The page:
Why’s it so hard to find good parenting information?
I wrote this article in 2017 for the digital media company I launched, Parentifact, the first fact-checking website for parents. This was our first longform article, which is meant both to demonstrate our journalism pedigree, and attract a larger audience to the site through search and social sharing by producing content of uniquely high value.
Polly Palumbo became a mom in 2000. Like many new parents, she had lots of questions, the most fundamental of which was this: where can I find good answers to all these questions?
She should have been overqualified for the job. She has a PhD and background in psychology, so she had no problem parsing even the most complex studies in academic journals.
But grasping complicated information wasn’t her problem – it was avoiding misinformation in parenting magazines and the mass media.
“As a researcher, I would look at these articles and think, ‘Good lord,’” she said recently. “It’s just not right. It’s not up to date with the science.”
Palumbo thought she could help. She pitched some of her own ideas to the top parenting publications, explaining the latest details on mothers’ and children’s health.
“I had editors tell me, ‘We’re not interested in talking about studies and evidence. They told me that I really had to tamp down language about research,” she said. “It was like, ‘Oh gosh, don’t say science.’
It took a few more years of frustration with the lack of quality parenting reporting for Palumbo to launch her own blog, called Momma Data. For more than a decade now, she’s explained the research on raising children from an evidence-based point of view, and been critical about outlets and columnists who exaggerate and distort reality.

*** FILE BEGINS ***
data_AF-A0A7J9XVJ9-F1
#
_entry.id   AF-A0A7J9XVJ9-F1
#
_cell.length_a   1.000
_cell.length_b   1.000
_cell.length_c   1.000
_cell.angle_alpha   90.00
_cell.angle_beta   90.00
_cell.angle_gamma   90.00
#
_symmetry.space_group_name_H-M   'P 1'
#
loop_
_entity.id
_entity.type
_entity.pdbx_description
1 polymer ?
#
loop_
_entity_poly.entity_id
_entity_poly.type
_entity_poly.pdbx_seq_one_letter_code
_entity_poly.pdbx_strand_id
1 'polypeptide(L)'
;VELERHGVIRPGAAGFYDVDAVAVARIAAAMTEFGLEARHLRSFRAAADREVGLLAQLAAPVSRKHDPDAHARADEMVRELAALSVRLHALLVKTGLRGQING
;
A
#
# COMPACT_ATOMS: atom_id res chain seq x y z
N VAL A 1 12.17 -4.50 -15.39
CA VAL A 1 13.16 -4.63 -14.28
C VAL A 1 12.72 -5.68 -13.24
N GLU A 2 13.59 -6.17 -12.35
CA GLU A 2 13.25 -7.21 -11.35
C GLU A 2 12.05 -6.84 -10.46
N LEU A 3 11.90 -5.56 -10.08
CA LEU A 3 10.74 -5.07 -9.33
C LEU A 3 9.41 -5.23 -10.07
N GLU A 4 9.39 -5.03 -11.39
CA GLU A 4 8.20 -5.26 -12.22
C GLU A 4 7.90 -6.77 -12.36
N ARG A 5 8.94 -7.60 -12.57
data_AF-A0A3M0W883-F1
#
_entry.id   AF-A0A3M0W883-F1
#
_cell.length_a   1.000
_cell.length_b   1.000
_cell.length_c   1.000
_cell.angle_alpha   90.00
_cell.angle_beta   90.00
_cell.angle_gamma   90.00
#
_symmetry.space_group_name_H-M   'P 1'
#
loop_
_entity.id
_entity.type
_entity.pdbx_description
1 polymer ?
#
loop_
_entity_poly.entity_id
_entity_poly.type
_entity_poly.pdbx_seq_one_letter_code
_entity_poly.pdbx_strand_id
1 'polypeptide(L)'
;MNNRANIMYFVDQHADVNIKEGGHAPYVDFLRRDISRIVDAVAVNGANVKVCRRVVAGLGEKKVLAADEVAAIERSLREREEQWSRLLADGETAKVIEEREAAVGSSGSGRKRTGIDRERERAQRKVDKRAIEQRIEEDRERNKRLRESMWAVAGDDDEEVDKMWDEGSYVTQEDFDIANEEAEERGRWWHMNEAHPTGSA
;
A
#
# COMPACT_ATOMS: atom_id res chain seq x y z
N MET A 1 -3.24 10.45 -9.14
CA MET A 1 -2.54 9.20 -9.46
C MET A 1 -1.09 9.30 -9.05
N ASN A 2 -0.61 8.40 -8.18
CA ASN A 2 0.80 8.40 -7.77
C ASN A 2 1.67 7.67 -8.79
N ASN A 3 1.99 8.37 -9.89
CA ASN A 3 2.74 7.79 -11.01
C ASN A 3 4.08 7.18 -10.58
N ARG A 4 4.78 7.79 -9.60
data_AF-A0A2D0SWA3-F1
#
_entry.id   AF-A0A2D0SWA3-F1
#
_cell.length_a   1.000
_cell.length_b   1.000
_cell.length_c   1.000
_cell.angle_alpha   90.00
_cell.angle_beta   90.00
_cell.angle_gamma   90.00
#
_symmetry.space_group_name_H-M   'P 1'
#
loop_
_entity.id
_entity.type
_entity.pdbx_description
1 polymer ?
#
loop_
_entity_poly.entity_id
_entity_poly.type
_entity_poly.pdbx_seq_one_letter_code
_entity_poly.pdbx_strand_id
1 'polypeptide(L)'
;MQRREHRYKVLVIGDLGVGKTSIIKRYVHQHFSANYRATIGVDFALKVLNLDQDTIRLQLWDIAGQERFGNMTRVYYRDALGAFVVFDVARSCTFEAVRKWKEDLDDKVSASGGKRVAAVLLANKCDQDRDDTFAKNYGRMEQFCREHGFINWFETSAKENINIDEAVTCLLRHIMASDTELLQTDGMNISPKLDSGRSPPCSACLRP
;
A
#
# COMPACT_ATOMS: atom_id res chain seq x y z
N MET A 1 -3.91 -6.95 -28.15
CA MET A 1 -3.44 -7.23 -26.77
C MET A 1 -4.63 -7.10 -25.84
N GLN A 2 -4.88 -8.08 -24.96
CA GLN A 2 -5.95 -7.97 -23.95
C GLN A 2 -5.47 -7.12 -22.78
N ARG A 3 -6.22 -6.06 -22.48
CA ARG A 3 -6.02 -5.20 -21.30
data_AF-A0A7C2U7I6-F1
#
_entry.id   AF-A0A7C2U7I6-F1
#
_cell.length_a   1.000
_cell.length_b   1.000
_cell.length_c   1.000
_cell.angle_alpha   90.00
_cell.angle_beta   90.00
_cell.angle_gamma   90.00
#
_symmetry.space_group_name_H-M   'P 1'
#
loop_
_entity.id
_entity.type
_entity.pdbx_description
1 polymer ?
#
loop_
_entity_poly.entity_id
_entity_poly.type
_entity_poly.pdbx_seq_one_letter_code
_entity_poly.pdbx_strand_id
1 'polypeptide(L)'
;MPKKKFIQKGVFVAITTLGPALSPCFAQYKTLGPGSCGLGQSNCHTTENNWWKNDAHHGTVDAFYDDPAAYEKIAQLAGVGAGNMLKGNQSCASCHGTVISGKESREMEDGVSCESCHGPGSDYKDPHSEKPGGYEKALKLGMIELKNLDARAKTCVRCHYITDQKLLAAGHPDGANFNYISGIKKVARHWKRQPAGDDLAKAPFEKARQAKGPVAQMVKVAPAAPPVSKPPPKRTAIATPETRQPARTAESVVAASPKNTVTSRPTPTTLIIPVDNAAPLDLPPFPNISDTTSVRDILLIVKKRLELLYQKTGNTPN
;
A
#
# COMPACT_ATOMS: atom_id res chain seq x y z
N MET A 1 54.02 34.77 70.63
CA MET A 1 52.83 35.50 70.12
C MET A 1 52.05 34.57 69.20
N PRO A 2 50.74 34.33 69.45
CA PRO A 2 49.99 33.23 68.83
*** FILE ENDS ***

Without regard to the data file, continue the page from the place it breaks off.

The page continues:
Laura Sanders has a similar story. She’s a writer for Science News, and had her first child in 2013.
“When I was out on maternity leave, I started talking to my editor about how hard it was to find good information,” she said.
They came up with a dedicated parenting blog on Science News called Growth Curve, the tagline of which is “The inexact science of raising kids.”
“We’re fighting this ocean of misinformation, but hopefully we can add a drop of goodness with solid science,” Sanders said.
She’s not exaggerating. Publications like Momma Data and Growth Curve are still few and far between in the parenting media landscape, which accounts for all the books, magazines, websites, podcasts, etc., specifically targeted at parents, as well as the general interest outlets that occasionally produce parenting-related stories, from your local news station to newspaper op-ed pages. In this environment, for every Polly Palumbo and Laura Sanders, there are dozens of self-proclaimed gurus spouting pseudoscience, hundreds of reporters judged by clicks rather than accuracy, and thousands of bloggers and social media influencers who purely exist to push sponsored products.
“The Internet will give you unlimited advice and information. The problem is it’s a messy mix of opinions and parenting philosophy. Much of it is conflicting, and only some of it is accurate,” writes Alice Callahan, yet another mother who created her own blog, Science of Mom, because she was frustrated with the parenting media.
How can it be that something as fundamental to human existence as raising children has such a lack of reliable media sources? How is it that there are more sophisticated options for getting information about business, politics and even sports than there are about parenting? How is it that some of the best options available are from a few new parents who decided to take matters into their own hands, as if they’re enthusiasts of an obscure hobby?
In other words, why’s it so hard to find good parenting information?
If we can answer this core question, it might be a lot easier to get answers to all parents’ other questions.